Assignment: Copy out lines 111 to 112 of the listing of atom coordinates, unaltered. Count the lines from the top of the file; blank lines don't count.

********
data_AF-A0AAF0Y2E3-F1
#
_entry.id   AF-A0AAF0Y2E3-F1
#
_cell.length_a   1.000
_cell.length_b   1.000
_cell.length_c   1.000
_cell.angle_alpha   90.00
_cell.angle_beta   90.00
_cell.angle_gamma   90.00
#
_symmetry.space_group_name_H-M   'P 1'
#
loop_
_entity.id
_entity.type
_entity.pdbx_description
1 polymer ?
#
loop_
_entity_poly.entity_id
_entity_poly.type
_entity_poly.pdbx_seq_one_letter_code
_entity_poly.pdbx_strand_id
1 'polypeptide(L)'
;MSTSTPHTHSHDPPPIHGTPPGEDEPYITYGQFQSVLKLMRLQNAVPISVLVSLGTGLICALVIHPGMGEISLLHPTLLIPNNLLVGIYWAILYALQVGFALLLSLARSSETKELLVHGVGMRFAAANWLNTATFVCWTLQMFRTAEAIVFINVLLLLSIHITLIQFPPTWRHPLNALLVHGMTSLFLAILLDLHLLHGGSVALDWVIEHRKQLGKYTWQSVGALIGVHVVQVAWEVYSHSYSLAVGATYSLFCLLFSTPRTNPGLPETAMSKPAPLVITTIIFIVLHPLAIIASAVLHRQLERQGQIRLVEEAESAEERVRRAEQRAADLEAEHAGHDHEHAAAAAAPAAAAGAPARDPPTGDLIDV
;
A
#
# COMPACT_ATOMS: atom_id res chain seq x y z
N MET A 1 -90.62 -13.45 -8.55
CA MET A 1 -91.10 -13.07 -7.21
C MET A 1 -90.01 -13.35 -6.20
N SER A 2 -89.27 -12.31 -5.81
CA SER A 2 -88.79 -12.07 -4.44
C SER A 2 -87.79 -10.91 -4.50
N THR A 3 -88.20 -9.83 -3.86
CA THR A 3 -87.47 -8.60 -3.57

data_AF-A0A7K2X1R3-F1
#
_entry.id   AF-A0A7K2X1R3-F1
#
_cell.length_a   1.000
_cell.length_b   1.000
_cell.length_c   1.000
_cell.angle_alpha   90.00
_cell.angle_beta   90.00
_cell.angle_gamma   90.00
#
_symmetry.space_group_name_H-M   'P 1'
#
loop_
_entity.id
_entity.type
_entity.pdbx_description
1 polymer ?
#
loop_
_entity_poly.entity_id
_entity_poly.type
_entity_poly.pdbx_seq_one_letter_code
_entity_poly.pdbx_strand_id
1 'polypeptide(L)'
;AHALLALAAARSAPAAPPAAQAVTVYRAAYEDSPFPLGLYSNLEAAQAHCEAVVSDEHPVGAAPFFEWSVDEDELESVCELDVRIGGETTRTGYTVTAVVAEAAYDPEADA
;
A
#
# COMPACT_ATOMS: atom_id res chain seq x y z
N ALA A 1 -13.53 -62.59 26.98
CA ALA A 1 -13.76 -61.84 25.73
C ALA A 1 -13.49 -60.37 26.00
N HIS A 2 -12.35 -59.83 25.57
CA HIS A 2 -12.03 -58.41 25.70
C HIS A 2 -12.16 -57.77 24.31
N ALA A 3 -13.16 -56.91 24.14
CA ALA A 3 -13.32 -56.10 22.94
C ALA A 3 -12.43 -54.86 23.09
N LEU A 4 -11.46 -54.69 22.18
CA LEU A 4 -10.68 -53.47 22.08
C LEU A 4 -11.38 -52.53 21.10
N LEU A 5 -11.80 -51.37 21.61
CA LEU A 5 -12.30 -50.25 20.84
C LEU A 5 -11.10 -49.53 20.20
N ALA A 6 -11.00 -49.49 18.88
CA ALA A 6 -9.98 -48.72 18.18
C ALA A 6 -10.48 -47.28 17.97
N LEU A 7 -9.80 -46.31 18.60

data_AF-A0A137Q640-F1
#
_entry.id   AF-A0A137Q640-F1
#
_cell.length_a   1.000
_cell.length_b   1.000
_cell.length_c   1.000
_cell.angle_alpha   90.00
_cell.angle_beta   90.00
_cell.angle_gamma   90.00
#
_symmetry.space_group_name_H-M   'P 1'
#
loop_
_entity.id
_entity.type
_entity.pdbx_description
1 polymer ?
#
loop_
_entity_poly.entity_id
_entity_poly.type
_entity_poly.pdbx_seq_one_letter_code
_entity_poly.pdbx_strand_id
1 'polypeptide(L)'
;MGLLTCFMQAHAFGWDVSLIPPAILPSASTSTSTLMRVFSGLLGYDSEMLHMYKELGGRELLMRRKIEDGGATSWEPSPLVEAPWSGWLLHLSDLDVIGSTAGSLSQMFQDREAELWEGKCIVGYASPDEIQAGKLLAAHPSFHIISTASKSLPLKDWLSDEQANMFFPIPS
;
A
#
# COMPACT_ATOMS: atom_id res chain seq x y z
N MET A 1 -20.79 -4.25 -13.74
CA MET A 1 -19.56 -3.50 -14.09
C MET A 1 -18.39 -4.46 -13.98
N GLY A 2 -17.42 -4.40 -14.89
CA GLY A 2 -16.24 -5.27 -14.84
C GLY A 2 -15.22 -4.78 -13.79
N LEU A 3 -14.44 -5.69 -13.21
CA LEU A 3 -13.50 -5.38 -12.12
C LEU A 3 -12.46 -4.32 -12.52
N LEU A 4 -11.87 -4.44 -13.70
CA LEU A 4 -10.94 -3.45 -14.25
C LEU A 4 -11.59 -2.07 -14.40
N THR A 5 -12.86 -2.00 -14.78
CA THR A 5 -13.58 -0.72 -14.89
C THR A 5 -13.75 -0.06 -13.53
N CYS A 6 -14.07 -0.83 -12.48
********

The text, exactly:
_entity_poly.pdbx_strand_id
1 'polypeptide(L)'